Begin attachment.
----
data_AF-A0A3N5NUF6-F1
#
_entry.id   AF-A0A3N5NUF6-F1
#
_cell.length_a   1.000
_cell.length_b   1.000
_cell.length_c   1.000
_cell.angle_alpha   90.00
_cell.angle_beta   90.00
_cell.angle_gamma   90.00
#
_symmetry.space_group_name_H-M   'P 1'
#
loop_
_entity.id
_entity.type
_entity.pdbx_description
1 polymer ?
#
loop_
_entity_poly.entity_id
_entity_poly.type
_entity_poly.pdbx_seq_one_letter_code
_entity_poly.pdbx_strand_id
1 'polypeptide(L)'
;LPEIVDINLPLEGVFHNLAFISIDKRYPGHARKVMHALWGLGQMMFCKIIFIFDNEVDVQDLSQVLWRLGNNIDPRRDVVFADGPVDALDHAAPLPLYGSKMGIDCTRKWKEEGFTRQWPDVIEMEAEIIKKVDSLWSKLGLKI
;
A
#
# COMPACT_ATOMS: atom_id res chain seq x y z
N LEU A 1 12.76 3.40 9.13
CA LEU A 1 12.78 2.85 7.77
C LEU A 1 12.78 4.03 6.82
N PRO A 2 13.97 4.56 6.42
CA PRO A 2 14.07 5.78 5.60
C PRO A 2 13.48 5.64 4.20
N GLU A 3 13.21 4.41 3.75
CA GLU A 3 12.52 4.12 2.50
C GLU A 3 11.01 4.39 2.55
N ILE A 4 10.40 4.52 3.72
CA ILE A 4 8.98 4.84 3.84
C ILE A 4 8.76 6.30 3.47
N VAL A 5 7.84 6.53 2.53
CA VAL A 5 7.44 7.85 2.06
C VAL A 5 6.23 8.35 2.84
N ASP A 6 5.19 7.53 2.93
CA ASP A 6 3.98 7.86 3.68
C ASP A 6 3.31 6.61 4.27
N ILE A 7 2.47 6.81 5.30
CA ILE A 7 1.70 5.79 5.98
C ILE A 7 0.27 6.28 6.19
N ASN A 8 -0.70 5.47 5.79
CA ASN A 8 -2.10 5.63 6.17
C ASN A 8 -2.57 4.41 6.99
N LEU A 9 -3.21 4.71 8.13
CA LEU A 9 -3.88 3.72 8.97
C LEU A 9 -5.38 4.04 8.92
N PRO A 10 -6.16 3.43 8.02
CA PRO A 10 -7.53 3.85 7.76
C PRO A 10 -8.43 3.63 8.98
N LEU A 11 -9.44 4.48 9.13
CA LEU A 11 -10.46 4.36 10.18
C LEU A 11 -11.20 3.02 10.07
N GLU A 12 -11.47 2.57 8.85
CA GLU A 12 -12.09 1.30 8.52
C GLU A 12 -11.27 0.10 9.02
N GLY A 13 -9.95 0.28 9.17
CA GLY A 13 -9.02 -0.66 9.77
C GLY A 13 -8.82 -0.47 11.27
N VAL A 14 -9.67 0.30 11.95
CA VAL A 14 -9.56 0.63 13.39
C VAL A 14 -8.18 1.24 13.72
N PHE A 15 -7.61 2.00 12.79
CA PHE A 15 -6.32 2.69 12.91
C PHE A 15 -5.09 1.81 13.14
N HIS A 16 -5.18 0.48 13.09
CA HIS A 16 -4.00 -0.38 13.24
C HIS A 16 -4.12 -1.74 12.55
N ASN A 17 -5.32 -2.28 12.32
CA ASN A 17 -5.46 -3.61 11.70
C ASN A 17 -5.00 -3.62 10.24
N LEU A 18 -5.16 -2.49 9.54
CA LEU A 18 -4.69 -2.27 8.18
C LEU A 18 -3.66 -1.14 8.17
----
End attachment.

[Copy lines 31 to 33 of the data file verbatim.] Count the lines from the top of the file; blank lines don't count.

N LEU A 1 12.76 3.40 9.13
CA LEU A 1 12.78 2.85 7.77
C LEU A 1 12.78 4.03 6.82